Monday, October 15, 2007

A horse walks into a bar...

sits down, and sighs. The bartender walks down to where he is sitting, throws him a napkin and says, "Hey buddy, why the long face?"


Well, no long faces here. Everything in my world has been unbelievably good. It's actually kind of a strange thing to find yourself in the middle of an awesome life. It's been a while since I"ve felt that way, but it's exactly what's been going on. If you can believe it, I've even been having a little antsy, just kindof feeling like things areTOO good. Too good you say? I know, nuts. Like maybe I should tone down the happiness a little just in case cancer comes back. Isn't that crazy? It's an absurd thought, but it's true. I'm just so damn happy. Somebody slap me.


Which I guess is why I haven't been able to write much. I still check all my usual blogs regularly, still read up on my peeps out there in cyberland that are keeping me grounded and inspired. But when it comes to offering something to them, I'm sort of at a loss. A couple of them are really battling right now, really pushing through some rough times. Fighting like hell to keep melanoma out of the picture, but it's just not working. I know that the struggle takes so much life out of you that you can barely get out of bed in the morning. That kind of struggle fills your every thought. Every minute of the day is zapped by that kind of struggle. They could use the support that a survivor can offer. Yet, when I write to them I feel like I have nothing of worth to say. No real words of wisdom, no advice that will help them carry on. It's like I'm somehow lost at providing any kind of uplifting words.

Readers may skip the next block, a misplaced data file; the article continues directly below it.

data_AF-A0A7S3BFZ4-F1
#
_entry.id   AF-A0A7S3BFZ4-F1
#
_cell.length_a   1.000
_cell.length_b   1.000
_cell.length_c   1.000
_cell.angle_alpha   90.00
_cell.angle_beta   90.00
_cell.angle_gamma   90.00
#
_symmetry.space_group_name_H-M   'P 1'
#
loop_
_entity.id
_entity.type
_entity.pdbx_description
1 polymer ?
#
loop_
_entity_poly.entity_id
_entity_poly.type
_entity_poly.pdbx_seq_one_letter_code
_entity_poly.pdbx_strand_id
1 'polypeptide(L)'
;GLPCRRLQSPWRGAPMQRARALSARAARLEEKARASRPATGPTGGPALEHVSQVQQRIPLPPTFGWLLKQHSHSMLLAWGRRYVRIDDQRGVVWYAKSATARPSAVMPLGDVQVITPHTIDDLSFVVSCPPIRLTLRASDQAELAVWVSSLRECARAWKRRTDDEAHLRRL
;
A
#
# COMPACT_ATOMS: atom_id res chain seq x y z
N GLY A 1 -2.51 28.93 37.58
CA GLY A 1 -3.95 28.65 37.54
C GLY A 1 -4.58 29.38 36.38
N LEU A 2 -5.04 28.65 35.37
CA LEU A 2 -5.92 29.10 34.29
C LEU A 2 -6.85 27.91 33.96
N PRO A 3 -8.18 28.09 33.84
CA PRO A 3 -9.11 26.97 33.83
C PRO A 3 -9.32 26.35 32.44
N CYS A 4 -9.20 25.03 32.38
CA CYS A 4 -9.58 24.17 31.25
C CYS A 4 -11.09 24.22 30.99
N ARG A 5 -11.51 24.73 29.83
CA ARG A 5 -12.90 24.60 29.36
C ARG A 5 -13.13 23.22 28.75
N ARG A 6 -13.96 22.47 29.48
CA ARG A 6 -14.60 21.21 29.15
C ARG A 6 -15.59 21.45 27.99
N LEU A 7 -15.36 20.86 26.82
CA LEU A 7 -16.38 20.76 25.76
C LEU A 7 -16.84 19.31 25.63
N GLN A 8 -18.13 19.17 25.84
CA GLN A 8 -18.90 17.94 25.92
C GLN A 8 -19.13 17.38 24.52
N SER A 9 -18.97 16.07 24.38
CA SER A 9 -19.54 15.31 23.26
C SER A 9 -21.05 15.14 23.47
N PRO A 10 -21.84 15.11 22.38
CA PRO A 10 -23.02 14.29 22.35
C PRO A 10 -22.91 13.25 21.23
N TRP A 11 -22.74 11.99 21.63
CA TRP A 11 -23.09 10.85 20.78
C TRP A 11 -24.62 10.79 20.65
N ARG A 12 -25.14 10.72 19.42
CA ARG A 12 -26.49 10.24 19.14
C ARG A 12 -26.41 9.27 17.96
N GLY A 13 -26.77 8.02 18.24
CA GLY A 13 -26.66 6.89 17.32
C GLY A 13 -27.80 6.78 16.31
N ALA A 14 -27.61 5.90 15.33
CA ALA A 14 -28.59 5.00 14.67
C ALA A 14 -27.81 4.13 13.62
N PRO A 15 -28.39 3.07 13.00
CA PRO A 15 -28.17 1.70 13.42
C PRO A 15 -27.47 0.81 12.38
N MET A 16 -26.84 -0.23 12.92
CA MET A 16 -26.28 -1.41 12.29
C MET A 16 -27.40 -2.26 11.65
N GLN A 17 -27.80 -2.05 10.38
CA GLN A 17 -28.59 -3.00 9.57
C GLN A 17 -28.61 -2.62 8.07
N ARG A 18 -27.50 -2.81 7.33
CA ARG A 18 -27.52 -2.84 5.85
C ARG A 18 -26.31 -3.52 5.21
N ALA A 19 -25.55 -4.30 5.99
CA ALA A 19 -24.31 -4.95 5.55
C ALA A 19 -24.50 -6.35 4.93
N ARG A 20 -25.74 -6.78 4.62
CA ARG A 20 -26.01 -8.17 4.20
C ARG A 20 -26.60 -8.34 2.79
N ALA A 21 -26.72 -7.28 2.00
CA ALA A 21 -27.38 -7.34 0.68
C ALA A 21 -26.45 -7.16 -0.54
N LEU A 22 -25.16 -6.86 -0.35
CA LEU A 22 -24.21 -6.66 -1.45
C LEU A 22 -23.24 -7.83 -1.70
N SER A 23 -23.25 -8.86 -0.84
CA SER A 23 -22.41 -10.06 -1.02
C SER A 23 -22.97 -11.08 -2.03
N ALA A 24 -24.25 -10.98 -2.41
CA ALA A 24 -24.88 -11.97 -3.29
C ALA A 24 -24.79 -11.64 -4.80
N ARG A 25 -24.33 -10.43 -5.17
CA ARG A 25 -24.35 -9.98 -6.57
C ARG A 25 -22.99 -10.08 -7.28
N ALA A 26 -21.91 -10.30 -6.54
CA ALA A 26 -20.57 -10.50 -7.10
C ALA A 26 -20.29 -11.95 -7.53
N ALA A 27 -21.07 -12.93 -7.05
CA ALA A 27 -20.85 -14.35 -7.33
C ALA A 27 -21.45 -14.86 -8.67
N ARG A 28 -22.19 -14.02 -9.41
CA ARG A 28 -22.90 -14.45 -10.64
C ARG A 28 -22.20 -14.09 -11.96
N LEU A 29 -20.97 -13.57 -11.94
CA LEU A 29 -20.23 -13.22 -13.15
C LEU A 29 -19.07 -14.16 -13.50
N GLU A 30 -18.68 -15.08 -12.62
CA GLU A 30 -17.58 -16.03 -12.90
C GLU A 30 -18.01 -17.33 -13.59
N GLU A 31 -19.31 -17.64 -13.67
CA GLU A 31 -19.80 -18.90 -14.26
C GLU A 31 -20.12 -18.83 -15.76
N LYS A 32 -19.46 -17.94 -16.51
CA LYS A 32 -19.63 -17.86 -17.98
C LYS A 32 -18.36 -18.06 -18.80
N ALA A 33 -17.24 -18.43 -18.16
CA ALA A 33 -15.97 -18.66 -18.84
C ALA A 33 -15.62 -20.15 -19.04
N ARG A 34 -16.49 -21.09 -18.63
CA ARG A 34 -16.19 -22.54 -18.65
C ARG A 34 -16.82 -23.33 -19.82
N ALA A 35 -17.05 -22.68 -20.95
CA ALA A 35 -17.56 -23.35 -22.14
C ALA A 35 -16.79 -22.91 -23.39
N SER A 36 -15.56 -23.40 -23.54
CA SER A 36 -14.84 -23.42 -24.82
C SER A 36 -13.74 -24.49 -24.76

I know that the truth is that part of it comes from the guilt that everyone who survives while others don't carries. It's an illogical guilt, but forget logic. It's what's there no matter how illogical it is.